Football is a violent sport, so it comes as no surprise that injuries play a significant role in the outcome of countless contests week in and week out.
So much so, that many teams specifically game-plan around the idea of finding the opposing teams' injured players (or substitutes), and formulating schemes that best position their team to exploit weaknesses.
Like many teams, the Tampa Bay Buccaneers find themselves in a position where should they lose a handful of key players, their chances for success diminish exponentially.
Truth be told, the Bucs can ill afford to lose anyone, considering the lack of depth at several positions throughout the roster.
Nevertheless, I've compiled a list of five players that the Bucs could least afford to lose for some or all of the season.
It says something about a franchise when the placekicker is considered not only important to its success, but absolutely vital.
For the Bucs, that is certainly the case. After all their placekicker, Connor Barth, is coming off a career season in 2011 in which he made 93 percent of his attempts (26 for 28), tied for the second-highest percentage in the NFL.
Couple that with the fact that the ink is still drying on Barth's new deal with the Bucs, a contract worth more than $13 million over four years.
Oh and think about this: As bad as the Bucs were offensively last season (17.9 points per game), it could have been that much worse had it not been for the consistency and accuracy of Barth's right leg.
There are a multitude of reasons why the Bucs cannot afford to lose their newest pass-catcher, but perhaps none more important than the prevailing theory that quarterback Josh Freeman's success is inextricably linked to how well Jackson performs.
As such, if Jackson, or "V-Jax" is injured and misses game time, the offense runs the real risk of reverting to its 2011 tendencies of constant three-and-outs and turnovers.
Yes, the receiving depth appears to be better this season, but the Bucs are paying Jackson a lot of money ($13 million in 2012) to stay on the field and deliver results, which is something the receiving corps struggled with most of 2011.
That said, it would appear Jackson has good health on his side, as the only significant playing time he has missed over the previous five seasons were the 10 games he held out of during his contract dispute with the Chargers in 2010.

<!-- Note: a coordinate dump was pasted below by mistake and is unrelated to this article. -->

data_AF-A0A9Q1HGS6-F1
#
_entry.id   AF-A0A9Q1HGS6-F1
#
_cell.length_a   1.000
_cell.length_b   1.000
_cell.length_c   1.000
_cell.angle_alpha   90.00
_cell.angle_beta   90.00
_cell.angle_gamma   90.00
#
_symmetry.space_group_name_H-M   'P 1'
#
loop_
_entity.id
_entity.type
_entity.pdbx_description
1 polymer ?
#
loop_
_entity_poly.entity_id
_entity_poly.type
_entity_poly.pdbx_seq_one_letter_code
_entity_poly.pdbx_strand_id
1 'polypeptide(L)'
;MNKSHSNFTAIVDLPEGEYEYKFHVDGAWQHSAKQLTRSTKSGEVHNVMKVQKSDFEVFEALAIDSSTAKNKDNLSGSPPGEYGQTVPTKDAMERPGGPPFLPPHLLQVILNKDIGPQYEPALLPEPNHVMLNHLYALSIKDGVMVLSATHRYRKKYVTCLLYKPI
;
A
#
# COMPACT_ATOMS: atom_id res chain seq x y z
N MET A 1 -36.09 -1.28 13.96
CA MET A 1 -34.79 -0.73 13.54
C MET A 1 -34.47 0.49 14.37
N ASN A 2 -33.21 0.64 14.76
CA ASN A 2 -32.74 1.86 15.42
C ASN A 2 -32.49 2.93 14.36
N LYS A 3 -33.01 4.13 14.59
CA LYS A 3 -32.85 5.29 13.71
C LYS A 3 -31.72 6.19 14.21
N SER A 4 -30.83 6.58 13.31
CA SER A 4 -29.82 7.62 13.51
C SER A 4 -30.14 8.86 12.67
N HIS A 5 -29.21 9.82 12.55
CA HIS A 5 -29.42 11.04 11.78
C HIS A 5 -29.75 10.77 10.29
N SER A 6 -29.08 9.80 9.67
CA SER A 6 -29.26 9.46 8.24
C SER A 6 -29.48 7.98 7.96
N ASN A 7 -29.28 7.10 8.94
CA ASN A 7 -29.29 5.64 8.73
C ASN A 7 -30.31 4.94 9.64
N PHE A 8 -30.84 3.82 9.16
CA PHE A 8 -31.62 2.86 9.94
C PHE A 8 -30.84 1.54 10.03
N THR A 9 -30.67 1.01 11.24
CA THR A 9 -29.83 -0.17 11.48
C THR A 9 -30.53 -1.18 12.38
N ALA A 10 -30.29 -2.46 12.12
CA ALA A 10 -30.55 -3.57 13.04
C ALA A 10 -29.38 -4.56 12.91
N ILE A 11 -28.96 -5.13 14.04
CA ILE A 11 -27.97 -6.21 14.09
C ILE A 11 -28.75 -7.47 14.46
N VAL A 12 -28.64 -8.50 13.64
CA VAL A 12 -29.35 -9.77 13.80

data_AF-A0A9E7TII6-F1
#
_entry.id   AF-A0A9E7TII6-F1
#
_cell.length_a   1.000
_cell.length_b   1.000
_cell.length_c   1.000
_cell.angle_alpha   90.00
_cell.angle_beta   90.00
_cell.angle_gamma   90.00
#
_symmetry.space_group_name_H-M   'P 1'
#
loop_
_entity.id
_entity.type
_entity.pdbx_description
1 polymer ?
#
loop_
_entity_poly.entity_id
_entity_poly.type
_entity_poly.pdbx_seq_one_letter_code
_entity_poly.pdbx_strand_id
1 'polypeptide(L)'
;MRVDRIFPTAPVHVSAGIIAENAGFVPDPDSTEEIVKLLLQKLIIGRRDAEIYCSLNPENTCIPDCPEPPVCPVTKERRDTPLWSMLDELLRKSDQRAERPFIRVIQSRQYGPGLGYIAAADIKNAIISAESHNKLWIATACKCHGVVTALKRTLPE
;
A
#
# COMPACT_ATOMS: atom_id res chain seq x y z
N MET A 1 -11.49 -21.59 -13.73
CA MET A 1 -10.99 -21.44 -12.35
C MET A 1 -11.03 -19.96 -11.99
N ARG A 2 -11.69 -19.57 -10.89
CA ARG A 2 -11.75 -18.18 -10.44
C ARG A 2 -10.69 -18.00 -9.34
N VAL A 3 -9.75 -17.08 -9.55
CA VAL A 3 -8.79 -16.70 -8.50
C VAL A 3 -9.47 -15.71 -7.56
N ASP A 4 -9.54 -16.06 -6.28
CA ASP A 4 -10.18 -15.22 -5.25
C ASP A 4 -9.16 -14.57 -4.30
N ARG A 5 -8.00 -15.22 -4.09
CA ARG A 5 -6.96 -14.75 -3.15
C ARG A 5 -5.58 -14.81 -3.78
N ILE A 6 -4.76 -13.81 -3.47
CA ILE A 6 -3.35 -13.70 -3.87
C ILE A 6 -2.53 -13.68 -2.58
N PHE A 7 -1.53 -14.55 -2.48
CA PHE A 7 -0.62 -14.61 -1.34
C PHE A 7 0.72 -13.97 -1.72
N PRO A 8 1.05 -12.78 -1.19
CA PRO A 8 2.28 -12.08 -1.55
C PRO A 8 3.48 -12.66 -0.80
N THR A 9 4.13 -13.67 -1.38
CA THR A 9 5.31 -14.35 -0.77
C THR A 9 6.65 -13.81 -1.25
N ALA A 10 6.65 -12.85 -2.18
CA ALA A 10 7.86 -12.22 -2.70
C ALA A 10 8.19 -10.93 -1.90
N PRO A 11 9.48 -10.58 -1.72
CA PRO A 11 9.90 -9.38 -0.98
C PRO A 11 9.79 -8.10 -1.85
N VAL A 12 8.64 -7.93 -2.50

Still, the importance of his presence for the Bucs (and Freeman) are without question.
Aqib Talib is hoping to put an offseason of uncertainty aside by playing out the final season of his contract and showcasing the ability that he has flashed from time to time.
After all, 2012 is a contract year and if Talib has any hopes of cashing in at season's end, not only does he have to perform, but he must also show that he can play an entire 16-game schedule—something he has yet to accomplish in his four-year career.
Outside of the free-agent dynamic for Talib, the Bucs face the harsh reality that after Talib and newcomer Eric Wright, things get pretty dicey from a depth perspective in the secondary.
Oh, and Tampa Bay allowed 30 passing touchdowns in 2011.
So, saying Talib's health and performance are important to the team would be a gross understatement.
The importance of the left tackle position has been discussed at length—I mean heck, a movie was even made out of it.
For now, I'll spare the unnecessary hyperbole and sum it up by stating the obvious: Donald Penn's role on the offense is far-reaching and substantial, as it the case with every starting LT in the league.
As such, if Penn were to go down, it could potentially cripple the entire offensive system.
Yes, the other four (presumed) starters—Carl Nicks, Jeremy Zuttah, Davin Joseph and Jeremy Trueblood—are fully-capable linemen in their own right, but by and large the Bucs lack any real, proven depth along the line.
Tackle Demar Dotson or guard/tackle Derek Hardman would be the likely replacement for an injured Penn (unless they moved Trueblood and filled his spot with one of the above-mentioned).
Nevertheless, how they would hold up is anyone's guess at this point.
With minimal proven depth and a yet-to-be seen offense, the Bucs cannot afford to lose Penn for any significant length of time.
Starting quarterbacks are the faces of their respective franchises.
They're the "it" guys—the players with loads of talent who literally hold the fate (and weight) of an entire organization on their shoulders and in their hands.
Naturally, their health is of equal significance, too.
The Bucs are certainly no different, as their franchise guy, Josh Freeman, has already demonstrated his value over the past two seasons.
In 2010, Freeman threw for more than 3,400 yards, 25 touchdowns and just six interceptions on his way to leading the Bucs to a 10-6 mark and narrowly missing a playoff berth.
Last season, however, Freeman's play regressed, as he threw for nearly 3,600 yards, but managed just 16 touchdowns to go along with 22 interceptions.
Not coincidentally, the Bucs' record directly reflected that to the tune of just four wins and a Top-10 draft pick.
And while some fans may suggest—foolishly or otherwise—that Freeman is part of the problem and not necessarily the solution, the Bucs would be in a world of hurt if No. 5 is unavailable at any point this season.